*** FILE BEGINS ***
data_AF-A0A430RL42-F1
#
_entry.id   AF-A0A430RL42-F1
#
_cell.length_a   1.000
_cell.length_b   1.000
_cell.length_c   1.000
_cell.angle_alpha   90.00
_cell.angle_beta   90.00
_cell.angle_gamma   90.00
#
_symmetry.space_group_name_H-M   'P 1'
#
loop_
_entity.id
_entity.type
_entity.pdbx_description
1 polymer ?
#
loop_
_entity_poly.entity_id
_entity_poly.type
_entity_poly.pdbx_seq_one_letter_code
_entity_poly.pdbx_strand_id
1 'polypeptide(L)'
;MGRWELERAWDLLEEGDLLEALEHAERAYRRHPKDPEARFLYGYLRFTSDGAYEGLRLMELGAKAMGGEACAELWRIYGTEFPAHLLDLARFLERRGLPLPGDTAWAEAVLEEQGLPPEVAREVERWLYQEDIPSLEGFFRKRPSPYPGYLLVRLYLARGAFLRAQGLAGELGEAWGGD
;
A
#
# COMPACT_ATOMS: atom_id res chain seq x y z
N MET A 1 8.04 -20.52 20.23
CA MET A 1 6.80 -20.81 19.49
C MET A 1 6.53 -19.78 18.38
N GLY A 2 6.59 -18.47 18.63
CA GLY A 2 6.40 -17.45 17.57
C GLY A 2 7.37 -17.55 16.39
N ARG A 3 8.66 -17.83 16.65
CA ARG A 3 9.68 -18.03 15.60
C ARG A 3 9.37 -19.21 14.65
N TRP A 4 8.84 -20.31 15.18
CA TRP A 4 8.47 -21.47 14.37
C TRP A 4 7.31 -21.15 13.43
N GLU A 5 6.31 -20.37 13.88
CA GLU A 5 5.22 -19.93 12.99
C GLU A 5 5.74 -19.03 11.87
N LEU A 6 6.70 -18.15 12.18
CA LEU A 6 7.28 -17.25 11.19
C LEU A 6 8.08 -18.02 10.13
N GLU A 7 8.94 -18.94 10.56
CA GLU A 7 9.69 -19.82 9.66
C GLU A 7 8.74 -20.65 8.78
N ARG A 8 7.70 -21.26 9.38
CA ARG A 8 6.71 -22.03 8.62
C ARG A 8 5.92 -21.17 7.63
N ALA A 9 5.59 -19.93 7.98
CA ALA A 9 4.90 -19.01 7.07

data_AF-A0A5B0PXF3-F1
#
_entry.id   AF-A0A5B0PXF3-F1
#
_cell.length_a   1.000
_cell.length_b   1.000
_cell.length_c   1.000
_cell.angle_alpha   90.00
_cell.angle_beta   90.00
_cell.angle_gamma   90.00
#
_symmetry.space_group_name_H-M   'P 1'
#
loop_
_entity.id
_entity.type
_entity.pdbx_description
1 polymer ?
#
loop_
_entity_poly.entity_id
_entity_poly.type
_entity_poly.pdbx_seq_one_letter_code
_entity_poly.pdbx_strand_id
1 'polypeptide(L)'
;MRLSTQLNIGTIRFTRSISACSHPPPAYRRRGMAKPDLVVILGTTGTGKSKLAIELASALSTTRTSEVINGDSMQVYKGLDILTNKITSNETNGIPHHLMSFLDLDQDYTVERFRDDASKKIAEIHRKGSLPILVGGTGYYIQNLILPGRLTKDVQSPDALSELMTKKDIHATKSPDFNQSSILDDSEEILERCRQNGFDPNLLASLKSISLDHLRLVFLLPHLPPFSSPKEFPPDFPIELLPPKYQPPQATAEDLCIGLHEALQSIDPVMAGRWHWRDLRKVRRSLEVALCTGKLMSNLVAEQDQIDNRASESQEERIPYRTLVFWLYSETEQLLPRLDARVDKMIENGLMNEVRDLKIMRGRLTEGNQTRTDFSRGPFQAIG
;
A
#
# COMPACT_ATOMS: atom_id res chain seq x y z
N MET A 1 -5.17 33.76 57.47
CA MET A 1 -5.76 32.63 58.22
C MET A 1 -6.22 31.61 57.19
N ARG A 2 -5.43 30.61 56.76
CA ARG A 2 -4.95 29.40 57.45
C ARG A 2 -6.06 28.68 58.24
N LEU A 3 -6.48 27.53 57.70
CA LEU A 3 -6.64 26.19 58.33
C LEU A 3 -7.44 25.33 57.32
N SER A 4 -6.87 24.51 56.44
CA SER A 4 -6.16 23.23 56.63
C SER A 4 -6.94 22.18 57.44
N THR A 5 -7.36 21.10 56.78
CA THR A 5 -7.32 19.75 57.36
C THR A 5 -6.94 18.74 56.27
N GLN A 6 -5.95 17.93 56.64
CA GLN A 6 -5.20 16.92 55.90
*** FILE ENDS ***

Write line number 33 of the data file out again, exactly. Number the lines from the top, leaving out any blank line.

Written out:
C MET A 1 6.53 -19.78 18.38